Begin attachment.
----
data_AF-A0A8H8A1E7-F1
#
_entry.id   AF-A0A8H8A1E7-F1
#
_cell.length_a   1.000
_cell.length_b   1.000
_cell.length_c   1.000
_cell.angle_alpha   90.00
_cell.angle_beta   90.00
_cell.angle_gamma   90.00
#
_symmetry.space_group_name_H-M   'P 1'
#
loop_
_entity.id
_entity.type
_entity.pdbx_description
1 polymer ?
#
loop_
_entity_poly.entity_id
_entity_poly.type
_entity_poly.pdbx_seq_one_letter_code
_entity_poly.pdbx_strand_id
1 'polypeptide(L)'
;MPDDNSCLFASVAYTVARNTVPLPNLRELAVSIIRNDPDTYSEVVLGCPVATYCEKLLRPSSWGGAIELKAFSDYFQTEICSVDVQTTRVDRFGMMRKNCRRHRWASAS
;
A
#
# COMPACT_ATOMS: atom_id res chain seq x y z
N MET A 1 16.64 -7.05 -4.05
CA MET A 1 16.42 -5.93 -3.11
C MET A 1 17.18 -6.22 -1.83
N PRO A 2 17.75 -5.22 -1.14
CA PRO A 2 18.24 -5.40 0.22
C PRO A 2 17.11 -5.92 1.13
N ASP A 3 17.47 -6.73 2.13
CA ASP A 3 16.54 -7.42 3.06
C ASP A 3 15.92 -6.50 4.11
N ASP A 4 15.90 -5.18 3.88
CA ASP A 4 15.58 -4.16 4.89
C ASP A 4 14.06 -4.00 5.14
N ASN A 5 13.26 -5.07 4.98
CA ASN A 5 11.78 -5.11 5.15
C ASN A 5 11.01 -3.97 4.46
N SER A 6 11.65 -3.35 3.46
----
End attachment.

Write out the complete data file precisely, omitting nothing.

data_AF-A0A8H8A1E7-F1
#
_entry.id   AF-A0A8H8A1E7-F1
#
_cell.length_a   1.000
_cell.length_b   1.000
_cell.length_c   1.000
_cell.angle_alpha   90.00
_cell.angle_beta   90.00
_cell.angle_gamma   90.00
#
_symmetry.space_group_name_H-M   'P 1'
#
loop_
_entity.id
_entity.type
_entity.pdbx_description
1 polymer ?
#
loop_
_entity_poly.entity_id
_entity_poly.type
_entity_poly.pdbx_seq_one_letter_code
_entity_poly.pdbx_strand_id
1 'polypeptide(L)'
;MPDDNSCLFASVAYTVARNTVPLPNLRELAVSIIRNDPDTYSEVVLGCPVATYCEKLLRPSSWGGAIELKAFSDYFQTEICSVDVQTTRVDRFGMMRKNCRRHRWASAS
;
A
#
# COMPACT_ATOMS: atom_id res chain seq x y z
N MET A 1 16.64 -7.05 -4.05
CA MET A 1 16.42 -5.93 -3.11
C MET A 1 17.18 -6.22 -1.83
N PRO A 2 17.75 -5.22 -1.14
CA PRO A 2 18.24 -5.40 0.22
C PRO A 2 17.11 -5.92 1.13
N ASP A 3 17.47 -6.73 2.13
CA ASP A 3 16.54 -7.42 3.06
C ASP A 3 15.92 -6.50 4.11
N ASP A 4 15.90 -5.18 3.88
CA ASP A 4 15.58 -4.16 4.89
C ASP A 4 14.06 -4.00 5.14
N ASN A 5 13.26 -5.07 4.98
CA ASN A 5 11.78 -5.11 5.15
C ASN A 5 11.01 -3.97 4.46
N SER A 6 11.65 -3.35 3.46